In running this section, I’ve had a pretty complicated relationship with articles that discuss personal experience. It’s all very well using personal challenges as evidence in an argument, but the best pieces here, in my opinion, always fuse vivid personal experiences with interesting research. It’s this recipe that makes Comment such a valuable section in this paper. That said, if you’re like me, and generally find pieces purely based on personal experience sanctimonious or frustrating... just give me three more minutes.
My unique challenge in running the section stems from the fact that I’ve got hearing loss and wear hearing aids. That in itself is pretty unique: just 50 000 children and young people in the UK have a hearing impairment. It’s even rarer at Russell Group universities: hearing impaired students attend these institutions at around half the rate regular students do. I hide my hearing aids pretty well, but university is still intimidating if you struggle to hear your mates.
Deafness can be hard to accommodate. The James College team, on hearing I was deaf, retrofitted my room with a serious red light, a loud alarm clock, and a hefty vibrating pad under my pillow to wake me up in a fire alarm. The decor more resembled an earthquake shelter than a first-year room by the time they were done, but it’s a measure of how far universities go to suit the requirements of their students.
Accommodation becomes a bit harder in social situations. Hard-of-hearing kids generally lose the ability to distinguish well between language and white noise, and that means that loud pubs (or Nouse editorial meetings) are extremely difficult to talk in. I also need to lip-read a lot of conversations, so having your mates shout louder in a dark bar doesn’t always help. Deaf students are presented with a choice: go out and try your best to hear, or stay home and watch Net-flix (subtitles on, of course.) I can’t blame not going out on my deaf-ness completely, but it’s certainly a factor, and it’s not always easy to explain to people.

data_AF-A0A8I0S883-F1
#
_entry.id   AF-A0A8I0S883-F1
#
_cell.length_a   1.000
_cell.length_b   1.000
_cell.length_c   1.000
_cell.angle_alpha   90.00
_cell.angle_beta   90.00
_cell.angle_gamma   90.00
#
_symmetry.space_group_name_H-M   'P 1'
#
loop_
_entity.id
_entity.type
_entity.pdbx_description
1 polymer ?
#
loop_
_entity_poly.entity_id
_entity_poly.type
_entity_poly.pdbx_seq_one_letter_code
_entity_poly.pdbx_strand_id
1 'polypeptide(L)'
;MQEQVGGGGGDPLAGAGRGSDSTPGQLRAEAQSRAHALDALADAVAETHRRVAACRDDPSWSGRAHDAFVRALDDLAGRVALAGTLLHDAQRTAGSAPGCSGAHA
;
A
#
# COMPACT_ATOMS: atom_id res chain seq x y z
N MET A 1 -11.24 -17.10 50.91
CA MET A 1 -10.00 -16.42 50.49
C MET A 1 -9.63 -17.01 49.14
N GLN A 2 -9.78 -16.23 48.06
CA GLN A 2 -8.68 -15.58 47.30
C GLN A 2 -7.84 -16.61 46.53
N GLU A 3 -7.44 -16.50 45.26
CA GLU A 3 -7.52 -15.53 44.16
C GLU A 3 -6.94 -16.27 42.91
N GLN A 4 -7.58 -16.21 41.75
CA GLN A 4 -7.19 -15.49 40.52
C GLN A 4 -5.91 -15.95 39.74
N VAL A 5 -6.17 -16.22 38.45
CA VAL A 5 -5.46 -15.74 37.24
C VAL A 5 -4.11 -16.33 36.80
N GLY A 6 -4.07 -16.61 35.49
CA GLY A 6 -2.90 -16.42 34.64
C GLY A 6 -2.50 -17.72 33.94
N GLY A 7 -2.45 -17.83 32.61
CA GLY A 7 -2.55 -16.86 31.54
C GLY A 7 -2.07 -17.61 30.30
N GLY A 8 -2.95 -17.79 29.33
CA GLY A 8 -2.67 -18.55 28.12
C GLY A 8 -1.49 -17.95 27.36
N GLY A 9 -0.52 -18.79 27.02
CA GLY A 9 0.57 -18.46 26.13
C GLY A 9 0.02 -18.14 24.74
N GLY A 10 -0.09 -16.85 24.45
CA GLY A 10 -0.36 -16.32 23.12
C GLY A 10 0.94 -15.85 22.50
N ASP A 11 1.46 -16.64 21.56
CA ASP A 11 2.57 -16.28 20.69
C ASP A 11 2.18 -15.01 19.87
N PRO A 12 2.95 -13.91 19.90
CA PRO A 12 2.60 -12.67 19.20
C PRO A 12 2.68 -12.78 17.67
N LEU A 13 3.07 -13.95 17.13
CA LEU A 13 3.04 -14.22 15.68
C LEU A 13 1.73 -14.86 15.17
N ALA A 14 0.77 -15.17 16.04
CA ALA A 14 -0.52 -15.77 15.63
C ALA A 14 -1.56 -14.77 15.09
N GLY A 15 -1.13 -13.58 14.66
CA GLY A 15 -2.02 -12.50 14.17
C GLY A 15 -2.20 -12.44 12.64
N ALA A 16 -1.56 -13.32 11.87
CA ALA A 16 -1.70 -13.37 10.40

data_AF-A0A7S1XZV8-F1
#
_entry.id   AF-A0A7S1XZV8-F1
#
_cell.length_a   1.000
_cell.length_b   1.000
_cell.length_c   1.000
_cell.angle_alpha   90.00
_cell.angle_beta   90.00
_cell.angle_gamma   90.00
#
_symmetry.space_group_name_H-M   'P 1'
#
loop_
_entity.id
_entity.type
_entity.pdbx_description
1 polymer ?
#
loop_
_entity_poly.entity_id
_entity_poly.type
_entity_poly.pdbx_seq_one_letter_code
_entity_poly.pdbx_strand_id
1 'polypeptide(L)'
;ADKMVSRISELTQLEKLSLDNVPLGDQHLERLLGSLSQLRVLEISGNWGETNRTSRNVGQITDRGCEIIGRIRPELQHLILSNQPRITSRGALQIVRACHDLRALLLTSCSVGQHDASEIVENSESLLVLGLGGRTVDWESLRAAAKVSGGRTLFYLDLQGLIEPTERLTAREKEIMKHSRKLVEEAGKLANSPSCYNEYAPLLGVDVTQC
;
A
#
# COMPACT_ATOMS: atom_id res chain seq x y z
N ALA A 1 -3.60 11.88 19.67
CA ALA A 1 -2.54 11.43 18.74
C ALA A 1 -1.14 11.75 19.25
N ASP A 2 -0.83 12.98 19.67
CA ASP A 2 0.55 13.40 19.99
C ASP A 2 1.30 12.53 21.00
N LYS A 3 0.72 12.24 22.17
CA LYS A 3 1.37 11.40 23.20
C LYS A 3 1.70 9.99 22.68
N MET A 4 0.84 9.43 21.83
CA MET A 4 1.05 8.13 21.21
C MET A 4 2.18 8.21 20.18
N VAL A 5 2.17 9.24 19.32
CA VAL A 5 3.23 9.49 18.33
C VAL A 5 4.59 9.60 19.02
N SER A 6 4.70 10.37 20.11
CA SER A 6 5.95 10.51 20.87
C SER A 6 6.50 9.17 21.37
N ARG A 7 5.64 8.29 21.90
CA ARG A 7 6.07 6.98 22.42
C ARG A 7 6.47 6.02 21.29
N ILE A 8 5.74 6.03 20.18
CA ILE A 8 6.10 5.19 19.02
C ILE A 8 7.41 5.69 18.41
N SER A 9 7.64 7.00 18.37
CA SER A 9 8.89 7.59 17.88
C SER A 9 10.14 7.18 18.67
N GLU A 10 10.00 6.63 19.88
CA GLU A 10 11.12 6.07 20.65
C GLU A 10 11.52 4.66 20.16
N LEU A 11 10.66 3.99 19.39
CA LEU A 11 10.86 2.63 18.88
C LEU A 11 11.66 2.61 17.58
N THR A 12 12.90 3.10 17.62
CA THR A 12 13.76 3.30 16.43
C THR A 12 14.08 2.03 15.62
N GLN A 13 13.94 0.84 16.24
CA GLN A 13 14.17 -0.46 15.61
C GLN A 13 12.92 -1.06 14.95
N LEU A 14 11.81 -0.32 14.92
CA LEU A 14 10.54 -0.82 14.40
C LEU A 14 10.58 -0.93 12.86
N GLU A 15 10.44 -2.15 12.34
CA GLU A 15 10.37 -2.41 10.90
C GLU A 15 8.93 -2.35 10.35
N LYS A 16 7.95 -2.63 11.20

I’m loud too. When you lose your hearing, you lose a certain awareness of how much you’re yelling. That gets worse when I’m drunk, and also when I’m trying to talk about something off-topic in seminars. The problem is essentially that deaf or hard-of-hearing kids that hide their disability, like I do, generally lack the confidence to explain why they don’t understand something, or why they’re being particularly obnoxious on a night out. Isn’t the point of having tiny hearing aids to hide them?
It’s not all bad, of course. I took the room closest to the front door in my student house, because I can’t hear people when they come in. The sound of my housemates going at it doesn’t bother me, and you can crank Avicii as loud as you want in my flat. That said, if my experience explaining my disability has taught me anything, it’s that often outlining our personal circumstances to others at university isn’t always easy. Everyone comes to York with baggage from their life that they’d rather not discuss, and that’s fine.
Being deaf has made me more understanding of personal circumstances, and that’s fed into my work as a writer and an editor. This section is a fusion of personal circumstance informing political and social views, and no one else could have written the pieces you’re reading today. I’m proud that Nouse gives these pieces a platform, and I hope that it gives people with interesting stories the confidence to share more. Not Avicii, though. Keep that to yourself